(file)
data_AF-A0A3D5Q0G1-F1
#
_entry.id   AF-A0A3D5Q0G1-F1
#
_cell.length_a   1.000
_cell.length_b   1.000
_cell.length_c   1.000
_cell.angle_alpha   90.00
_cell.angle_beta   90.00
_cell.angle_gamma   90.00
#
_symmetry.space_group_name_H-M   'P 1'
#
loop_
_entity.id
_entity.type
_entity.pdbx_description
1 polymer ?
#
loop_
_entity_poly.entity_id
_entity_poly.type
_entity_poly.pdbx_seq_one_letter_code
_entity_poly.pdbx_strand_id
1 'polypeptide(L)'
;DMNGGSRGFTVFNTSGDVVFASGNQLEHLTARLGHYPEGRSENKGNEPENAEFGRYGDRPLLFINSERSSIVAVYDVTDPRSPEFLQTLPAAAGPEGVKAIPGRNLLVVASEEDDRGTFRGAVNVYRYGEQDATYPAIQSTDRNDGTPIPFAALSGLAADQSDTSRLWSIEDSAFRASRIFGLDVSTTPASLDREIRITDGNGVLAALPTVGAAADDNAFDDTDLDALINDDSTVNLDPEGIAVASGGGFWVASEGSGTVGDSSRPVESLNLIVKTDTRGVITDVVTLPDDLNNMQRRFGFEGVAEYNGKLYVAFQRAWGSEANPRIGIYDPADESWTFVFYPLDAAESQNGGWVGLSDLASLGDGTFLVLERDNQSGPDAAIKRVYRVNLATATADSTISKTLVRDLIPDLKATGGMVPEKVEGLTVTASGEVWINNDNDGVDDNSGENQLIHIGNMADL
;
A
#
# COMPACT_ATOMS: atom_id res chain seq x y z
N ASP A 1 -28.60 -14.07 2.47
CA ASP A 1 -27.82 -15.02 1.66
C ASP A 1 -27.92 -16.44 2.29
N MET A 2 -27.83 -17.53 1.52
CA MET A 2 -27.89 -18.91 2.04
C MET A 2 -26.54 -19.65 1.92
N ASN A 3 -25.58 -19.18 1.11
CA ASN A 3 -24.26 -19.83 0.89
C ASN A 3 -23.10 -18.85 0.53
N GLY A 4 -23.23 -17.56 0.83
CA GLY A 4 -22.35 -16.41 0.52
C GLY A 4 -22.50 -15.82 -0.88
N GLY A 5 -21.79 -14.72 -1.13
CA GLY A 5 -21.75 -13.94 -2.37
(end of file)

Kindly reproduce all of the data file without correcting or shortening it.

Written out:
data_AF-A0A3D5Q0G1-F1
#
_entry.id   AF-A0A3D5Q0G1-F1
#
_cell.length_a   1.000
_cell.length_b   1.000
_cell.length_c   1.000
_cell.angle_alpha   90.00
_cell.angle_beta   90.00
_cell.angle_gamma   90.00
#
_symmetry.space_group_name_H-M   'P 1'
#
loop_
_entity.id
_entity.type
_entity.pdbx_description
1 polymer ?
#
loop_
_entity_poly.entity_id
_entity_poly.type
_entity_poly.pdbx_seq_one_letter_code
_entity_poly.pdbx_strand_id
1 'polypeptide(L)'
;DMNGGSRGFTVFNTSGDVVFASGNQLEHLTARLGHYPEGRSENKGNEPENAEFGRYGDRPLLFINSERSSIVAVYDVTDPRSPEFLQTLPAAAGPEGVKAIPGRNLLVVASEEDDRGTFRGAVNVYRYGEQDATYPAIQSTDRNDGTPIPFAALSGLAADQSDTSRLWSIEDSAFRASRIFGLDVSTTPASLDREIRITDGNGVLAALPTVGAAADDNAFDDTDLDALINDDSTVNLDPEGIAVASGGGFWVASEGSGTVGDSSRPVESLNLIVKTDTRGVITDVVTLPDDLNNMQRRFGFEGVAEYNGKLYVAFQRAWGSEANPRIGIYDPADESWTFVFYPLDAAESQNGGWVGLSDLASLGDGTFLVLERDNQSGPDAAIKRVYRVNLATATADSTISKTLVRDLIPDLKATGGMVPEKVEGLTVTASGEVWINNDNDGVDDNSGENQLIHIGNMADL
;
A
#
# COMPACT_ATOMS: atom_id res chain seq x y z
N ASP A 1 -28.60 -14.07 2.47
CA ASP A 1 -27.82 -15.02 1.66
C ASP A 1 -27.92 -16.44 2.29
N MET A 2 -27.83 -17.53 1.52
CA MET A 2 -27.89 -18.91 2.04
C MET A 2 -26.54 -19.65 1.92
N ASN A 3 -25.58 -19.18 1.11
CA ASN A 3 -24.26 -19.83 0.89
C ASN A 3 -23.10 -18.85 0.53
N GLY A 4 -23.23 -17.56 0.83
CA GLY A 4 -22.35 -16.41 0.52
C GLY A 4 -22.50 -15.82 -0.88
N GLY A 5 -21.79 -14.72 -1.13
CA GLY A 5 -21.75 -13.94 -2.37